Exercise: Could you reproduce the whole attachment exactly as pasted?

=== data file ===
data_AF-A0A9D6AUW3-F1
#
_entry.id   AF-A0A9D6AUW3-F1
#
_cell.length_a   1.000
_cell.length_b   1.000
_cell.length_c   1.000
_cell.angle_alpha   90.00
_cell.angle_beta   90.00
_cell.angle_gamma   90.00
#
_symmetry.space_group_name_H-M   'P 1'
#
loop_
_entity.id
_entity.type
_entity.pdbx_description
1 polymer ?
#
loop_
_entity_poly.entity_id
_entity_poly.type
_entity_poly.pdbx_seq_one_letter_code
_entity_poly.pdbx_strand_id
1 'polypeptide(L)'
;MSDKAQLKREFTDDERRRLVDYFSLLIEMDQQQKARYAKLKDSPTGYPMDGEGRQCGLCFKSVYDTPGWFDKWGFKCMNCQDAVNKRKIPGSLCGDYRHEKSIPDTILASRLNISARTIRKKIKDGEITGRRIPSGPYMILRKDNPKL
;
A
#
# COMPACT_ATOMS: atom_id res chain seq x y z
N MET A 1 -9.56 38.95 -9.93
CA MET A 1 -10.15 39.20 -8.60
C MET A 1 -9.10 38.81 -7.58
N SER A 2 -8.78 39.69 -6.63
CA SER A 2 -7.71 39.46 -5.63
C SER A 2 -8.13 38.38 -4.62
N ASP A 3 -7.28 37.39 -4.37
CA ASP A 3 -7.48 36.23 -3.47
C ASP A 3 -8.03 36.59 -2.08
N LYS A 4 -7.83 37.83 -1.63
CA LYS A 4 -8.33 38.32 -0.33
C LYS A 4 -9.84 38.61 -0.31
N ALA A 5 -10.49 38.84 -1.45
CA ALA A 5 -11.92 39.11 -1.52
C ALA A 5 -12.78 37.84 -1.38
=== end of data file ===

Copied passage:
data_AF-A0A9D6AUW3-F1
#
_entry.id   AF-A0A9D6AUW3-F1
#
_cell.length_a   1.000
_cell.length_b   1.000
_cell.length_c   1.000
_cell.angle_alpha   90.00
_cell.angle_beta   90.00
_cell.angle_gamma   90.00
#
_symmetry.space_group_name_H-M   'P 1'
#
loop_
_entity.id
_entity.type
_entity.pdbx_description
1 polymer ?
#
loop_
_entity_poly.entity_id
_entity_poly.type
_entity_poly.pdbx_seq_one_letter_code
_entity_poly.pdbx_strand_id
1 'polypeptide(L)'
;MSDKAQLKREFTDDERRRLVDYFSLLIEMDQQQKARYAKLKDSPTGYPMDGEGRQCGLCFKSVYDTPGWFDKWGFKCMNCQDAVNKRKIPGSLCGDYRHEKSIPDTILASRLNISARTIRKKIKDGEITGRRIPSGPYMILRKDNPKL
;
A
#
# COMPACT_ATOMS: atom_id res chain seq x y z
N MET A 1 -9.56 38.95 -9.93
CA MET A 1 -10.15 39.20 -8.60
C MET A 1 -9.10 38.81 -7.58
N SER A 2 -8.78 39.69 -6.63
CA SER A 2 -7.71 39.46 -5.63
C SER A 2 -8.13 38.38 -4.62
N ASP A 3 -7.28 37.39 -4.37
CA ASP A 3 -7.48 36.23 -3.47
C ASP A 3 -8.03 36.59 -2.08
N LYS A 4 -7.83 37.83 -1.63
CA LYS A 4 -8.33 38.32 -0.33
C LYS A 4 -9.84 38.61 -0.31
N ALA A 5 -10.49 38.84 -1.45
CA ALA A 5 -11.92 39.11 -1.52
C ALA A 5 -12.78 37.84 -1.38